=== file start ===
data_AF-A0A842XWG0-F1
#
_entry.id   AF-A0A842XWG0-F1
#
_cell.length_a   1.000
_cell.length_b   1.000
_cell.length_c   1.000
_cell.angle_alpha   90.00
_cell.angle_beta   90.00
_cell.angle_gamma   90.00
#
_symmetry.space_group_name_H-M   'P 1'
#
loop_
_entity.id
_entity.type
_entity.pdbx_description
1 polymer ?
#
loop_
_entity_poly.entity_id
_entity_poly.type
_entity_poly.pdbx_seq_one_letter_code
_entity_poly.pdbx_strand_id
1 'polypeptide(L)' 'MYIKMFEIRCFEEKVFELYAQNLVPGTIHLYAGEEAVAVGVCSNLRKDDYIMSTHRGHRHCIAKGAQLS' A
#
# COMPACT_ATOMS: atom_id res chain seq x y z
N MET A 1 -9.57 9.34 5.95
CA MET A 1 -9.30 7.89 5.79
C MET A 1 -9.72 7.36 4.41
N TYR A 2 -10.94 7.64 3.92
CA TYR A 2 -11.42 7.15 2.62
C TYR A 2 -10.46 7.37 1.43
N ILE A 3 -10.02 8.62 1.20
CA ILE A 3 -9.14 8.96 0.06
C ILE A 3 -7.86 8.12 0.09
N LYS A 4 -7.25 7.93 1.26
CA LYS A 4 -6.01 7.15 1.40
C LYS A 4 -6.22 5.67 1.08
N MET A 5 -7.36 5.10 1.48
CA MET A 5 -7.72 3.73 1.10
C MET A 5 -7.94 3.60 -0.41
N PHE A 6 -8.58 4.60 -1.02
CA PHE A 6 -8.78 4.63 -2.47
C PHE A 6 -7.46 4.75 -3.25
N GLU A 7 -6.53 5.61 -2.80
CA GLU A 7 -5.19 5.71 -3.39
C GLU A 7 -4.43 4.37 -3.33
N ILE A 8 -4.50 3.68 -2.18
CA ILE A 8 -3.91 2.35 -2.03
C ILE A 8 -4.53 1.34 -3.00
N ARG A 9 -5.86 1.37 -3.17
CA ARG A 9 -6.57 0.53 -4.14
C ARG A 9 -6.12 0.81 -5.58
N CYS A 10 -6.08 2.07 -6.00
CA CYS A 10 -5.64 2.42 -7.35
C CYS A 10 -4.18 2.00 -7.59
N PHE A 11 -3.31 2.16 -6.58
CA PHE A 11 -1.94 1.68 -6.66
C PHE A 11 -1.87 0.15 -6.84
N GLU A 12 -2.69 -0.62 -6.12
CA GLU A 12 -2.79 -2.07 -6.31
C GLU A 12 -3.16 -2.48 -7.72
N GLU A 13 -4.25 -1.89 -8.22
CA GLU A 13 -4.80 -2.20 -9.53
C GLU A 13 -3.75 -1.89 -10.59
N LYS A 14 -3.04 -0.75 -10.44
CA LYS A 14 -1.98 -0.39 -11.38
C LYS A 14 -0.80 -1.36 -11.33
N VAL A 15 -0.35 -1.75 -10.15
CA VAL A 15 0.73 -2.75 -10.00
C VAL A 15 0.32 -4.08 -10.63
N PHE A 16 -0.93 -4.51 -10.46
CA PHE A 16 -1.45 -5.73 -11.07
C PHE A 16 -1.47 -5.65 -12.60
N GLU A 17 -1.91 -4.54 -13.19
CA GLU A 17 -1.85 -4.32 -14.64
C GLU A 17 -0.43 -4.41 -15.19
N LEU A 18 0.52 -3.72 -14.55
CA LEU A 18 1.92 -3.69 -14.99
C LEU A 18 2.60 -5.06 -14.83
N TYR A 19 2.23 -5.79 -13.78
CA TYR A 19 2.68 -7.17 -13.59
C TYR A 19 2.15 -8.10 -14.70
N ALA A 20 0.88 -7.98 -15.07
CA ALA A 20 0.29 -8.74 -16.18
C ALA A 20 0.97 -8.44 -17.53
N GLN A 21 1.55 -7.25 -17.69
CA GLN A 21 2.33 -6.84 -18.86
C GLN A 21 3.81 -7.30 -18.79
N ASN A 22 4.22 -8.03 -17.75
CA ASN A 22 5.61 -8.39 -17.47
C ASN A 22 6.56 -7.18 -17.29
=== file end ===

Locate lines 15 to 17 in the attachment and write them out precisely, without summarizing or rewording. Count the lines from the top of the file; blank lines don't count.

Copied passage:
_entity.id
_entity.type
_entity.pdbx_description